10-hour wait in brave new world of emergency hospital


MRS Hextol and I had our first experience of the much trumpeted £75m emergency hospital at Cramlington the other night - and Holby City it was not.

We were referred to Cramlington by our GP, who took the unusual step of ringing us at home at 8-15pm with blood test results for Mrs Hextol which indicated that unless she received urgent attention at the emergency hospital, serious consequences could ensure.

We were on the road within 20 minutes, but the 40 mile journey in the dark - and in the rain - on unfamiliar roads, involving several dizzying excursions round roundabouts the size of Humshaugh took an hour, before the showpiece hospital was located.

I dropped her off at the entrance, and fully expected her to have been whisked away by Charlie Fairhead and Duffy by the time I had parked the car.

But she was still in the waiting room, along with probably a dozen people including a heavily pregnant young girl, another girl who appeared to have broken her arm, a woman holding a blood-stained paper towel to her head, and a man who feared he had a brain tumour after suffering a major dizzy spell.

All appeared to have been there some time, but there seemed to be no particular urgency in dealing with any of them.

We gave our details to the girl in reception, indicating that we had been sent by our concerned GP rather than just coming in off the street, and were told that we would be dealt with as soon as possible.

It was by now 10pm, but there was little movement from the waiting room chairs, where people quietly bled and dozed - awaiting the call from staff that didn’t seem to come very frequently

A lot of police officers came and went, studiously ignoring each other, but the halt and the lame waited stoically until a grinning youth handcuffed to two people in uniform was brought in, and ushered through the doors to the inner sanctum, which caused some mild stirrings of discontent,

It was not until 1am, some three and a half hours after arrival, that Mrs Hextol’s name was called, by which time we had been joined by a youth with blood gushing from several head wounds, a couple of babies and some teenage girls who appeared to have fallen off their vertiginous high heels.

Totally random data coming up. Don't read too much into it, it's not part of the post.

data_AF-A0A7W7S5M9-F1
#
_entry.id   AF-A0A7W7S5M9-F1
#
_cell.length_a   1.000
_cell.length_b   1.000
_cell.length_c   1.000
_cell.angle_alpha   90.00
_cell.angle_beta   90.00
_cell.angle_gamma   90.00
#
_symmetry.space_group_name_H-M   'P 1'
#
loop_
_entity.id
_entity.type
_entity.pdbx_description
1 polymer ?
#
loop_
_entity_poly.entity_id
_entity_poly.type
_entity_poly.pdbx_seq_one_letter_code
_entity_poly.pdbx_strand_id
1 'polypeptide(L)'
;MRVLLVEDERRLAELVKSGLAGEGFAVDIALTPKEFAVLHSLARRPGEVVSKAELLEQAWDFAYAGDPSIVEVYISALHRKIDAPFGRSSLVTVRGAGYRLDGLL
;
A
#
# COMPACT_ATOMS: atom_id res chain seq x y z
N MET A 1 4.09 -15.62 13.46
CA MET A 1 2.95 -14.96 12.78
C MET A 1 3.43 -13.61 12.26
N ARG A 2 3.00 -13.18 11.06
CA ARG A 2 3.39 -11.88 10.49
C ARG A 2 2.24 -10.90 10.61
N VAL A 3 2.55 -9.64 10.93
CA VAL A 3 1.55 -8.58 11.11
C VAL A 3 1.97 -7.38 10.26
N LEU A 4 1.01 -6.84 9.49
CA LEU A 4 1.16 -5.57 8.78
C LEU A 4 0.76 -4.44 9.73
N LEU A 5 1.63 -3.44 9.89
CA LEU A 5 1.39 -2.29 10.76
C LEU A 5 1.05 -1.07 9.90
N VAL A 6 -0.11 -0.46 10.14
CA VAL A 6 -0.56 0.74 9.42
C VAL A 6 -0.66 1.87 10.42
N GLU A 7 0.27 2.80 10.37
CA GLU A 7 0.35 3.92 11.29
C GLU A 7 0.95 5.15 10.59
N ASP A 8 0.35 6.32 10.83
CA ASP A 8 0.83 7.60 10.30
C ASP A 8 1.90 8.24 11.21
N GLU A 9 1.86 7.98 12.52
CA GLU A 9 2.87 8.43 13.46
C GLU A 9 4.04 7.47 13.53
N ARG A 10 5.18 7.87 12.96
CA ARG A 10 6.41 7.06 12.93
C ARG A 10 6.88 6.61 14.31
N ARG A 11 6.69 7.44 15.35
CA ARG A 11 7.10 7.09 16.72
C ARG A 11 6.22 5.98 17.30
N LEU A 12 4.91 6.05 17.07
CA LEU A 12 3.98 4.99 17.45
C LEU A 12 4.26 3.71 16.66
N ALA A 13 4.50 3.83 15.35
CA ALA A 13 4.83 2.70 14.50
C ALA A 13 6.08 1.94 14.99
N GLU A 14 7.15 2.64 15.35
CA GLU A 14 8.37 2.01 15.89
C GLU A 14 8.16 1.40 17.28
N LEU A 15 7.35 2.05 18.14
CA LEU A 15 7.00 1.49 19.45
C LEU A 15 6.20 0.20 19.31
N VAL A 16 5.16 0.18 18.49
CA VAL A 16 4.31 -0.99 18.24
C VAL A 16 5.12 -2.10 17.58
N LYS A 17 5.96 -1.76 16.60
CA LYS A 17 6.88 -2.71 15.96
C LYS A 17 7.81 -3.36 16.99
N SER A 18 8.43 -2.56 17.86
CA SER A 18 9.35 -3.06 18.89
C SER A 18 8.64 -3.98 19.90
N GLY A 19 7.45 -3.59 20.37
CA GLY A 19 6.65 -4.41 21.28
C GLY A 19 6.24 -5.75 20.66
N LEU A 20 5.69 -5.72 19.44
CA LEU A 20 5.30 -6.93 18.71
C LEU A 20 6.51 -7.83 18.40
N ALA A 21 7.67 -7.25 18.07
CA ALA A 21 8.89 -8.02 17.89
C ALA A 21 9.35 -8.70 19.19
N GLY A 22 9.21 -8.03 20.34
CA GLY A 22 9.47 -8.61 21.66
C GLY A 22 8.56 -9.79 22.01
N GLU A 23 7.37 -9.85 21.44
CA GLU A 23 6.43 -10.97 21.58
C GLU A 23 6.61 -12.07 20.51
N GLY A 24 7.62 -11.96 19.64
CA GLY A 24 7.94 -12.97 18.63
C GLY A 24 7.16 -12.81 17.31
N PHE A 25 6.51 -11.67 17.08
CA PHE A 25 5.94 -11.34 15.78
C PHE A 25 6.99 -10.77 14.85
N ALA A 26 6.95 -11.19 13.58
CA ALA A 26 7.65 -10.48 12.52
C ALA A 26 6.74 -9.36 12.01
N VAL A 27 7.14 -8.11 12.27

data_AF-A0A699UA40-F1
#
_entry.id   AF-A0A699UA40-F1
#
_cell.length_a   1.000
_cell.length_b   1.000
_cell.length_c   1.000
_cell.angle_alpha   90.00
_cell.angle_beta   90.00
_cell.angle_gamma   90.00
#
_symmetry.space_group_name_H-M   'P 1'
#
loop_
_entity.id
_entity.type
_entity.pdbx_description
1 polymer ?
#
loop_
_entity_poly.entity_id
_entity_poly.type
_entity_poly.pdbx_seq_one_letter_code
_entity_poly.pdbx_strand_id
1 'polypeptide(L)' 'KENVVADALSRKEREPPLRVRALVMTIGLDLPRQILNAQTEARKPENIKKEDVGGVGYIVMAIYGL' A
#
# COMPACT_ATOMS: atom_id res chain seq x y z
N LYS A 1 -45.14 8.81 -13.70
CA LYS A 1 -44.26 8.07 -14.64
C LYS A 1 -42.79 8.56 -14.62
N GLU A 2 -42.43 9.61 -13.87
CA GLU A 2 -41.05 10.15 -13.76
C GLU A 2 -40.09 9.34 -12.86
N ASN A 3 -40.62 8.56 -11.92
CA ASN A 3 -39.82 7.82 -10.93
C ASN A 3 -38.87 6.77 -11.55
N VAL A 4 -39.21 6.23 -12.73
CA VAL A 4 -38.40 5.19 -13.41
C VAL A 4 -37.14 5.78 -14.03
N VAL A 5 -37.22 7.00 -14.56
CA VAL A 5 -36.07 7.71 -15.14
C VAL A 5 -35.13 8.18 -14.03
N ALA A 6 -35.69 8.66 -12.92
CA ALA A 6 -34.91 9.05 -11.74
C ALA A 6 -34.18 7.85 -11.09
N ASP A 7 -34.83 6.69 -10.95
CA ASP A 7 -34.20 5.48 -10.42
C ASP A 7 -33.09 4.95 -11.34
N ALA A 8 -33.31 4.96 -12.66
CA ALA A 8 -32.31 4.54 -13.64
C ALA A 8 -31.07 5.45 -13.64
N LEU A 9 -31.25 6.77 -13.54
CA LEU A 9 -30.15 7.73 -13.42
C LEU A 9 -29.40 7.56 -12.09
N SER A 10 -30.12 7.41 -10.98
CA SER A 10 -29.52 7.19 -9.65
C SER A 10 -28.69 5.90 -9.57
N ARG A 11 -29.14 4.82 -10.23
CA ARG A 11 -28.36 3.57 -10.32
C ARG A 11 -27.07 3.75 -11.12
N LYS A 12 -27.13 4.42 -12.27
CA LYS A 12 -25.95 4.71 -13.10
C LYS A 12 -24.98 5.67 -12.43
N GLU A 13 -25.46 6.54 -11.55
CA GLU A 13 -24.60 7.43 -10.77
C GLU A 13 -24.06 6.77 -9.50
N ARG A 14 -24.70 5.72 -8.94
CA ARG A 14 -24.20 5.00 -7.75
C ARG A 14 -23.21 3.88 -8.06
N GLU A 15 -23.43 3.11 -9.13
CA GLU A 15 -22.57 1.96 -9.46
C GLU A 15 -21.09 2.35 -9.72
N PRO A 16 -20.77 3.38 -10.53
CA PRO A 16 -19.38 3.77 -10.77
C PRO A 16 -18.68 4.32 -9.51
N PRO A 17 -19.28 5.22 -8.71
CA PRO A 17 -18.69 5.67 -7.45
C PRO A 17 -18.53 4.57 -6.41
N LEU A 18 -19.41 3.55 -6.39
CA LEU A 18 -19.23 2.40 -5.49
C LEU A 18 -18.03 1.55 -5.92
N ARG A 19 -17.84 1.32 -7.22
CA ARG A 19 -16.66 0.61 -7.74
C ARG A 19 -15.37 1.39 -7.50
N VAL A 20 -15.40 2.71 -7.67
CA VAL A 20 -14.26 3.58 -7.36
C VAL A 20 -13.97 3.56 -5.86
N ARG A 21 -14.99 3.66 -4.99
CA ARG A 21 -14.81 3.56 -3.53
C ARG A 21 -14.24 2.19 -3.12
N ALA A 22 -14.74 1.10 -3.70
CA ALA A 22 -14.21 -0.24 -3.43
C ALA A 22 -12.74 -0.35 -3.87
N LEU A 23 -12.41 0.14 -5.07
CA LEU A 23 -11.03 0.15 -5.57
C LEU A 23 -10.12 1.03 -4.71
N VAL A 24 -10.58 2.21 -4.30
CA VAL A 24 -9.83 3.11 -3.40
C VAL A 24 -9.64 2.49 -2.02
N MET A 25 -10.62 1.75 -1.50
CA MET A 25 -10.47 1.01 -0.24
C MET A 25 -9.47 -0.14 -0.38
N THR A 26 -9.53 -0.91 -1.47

The nurse who dealt with my wife was extremely pleasant and efficient, taking more blood and inserting a cannula for a possible intravenous antibiotic drip. We were returned to a different waiting area with the assurance we would soon be seen by a doctor, but distant piercing screams and urgent announcements of “doctor to resus” over the tannoy made it clear it was going to be some time before we got to the head of the queue.

The girl with the broken arm got fed up of waiting for an X-ray around 5am, and went home, though still clearly distressed when the nurse told my wife it would be a couple of hours before she would be seen - providing there were no more emergencies.

It was around 7-15am - over 10 hours since we had left home - that an affable doctor called Mrs Hextol’s name and we were taken to a cubicle. He thanked us profusely for our patience, and said that other patients had been abusive after waiting only four hours.

He said: "We have had 120 admissions tonight, 25 of which were genuine life or death situations, and we only have four doctors on duty, You can do the maths yourself - there are not enough qualified people here tonight to do the work which is required. People are hurt and frightened, and it is understandable that they get annoyed and frustrated when they or their loved ones are in pain.”

He listened to Mrs Hextol’s chest and said we could go home, as the antibiotics she was taking orally appeared to have reduced the infection slightly.

It was 8-30am when we got back home, wondering what could have happened if the oral antibiotics had not worked. We could not fault the service we received - the problem was the time it took as we waited in tortured limbo, along with the others whose gaping cuts and broken limbs, were clearly not urgent enough for the brave new world of Cramlington.

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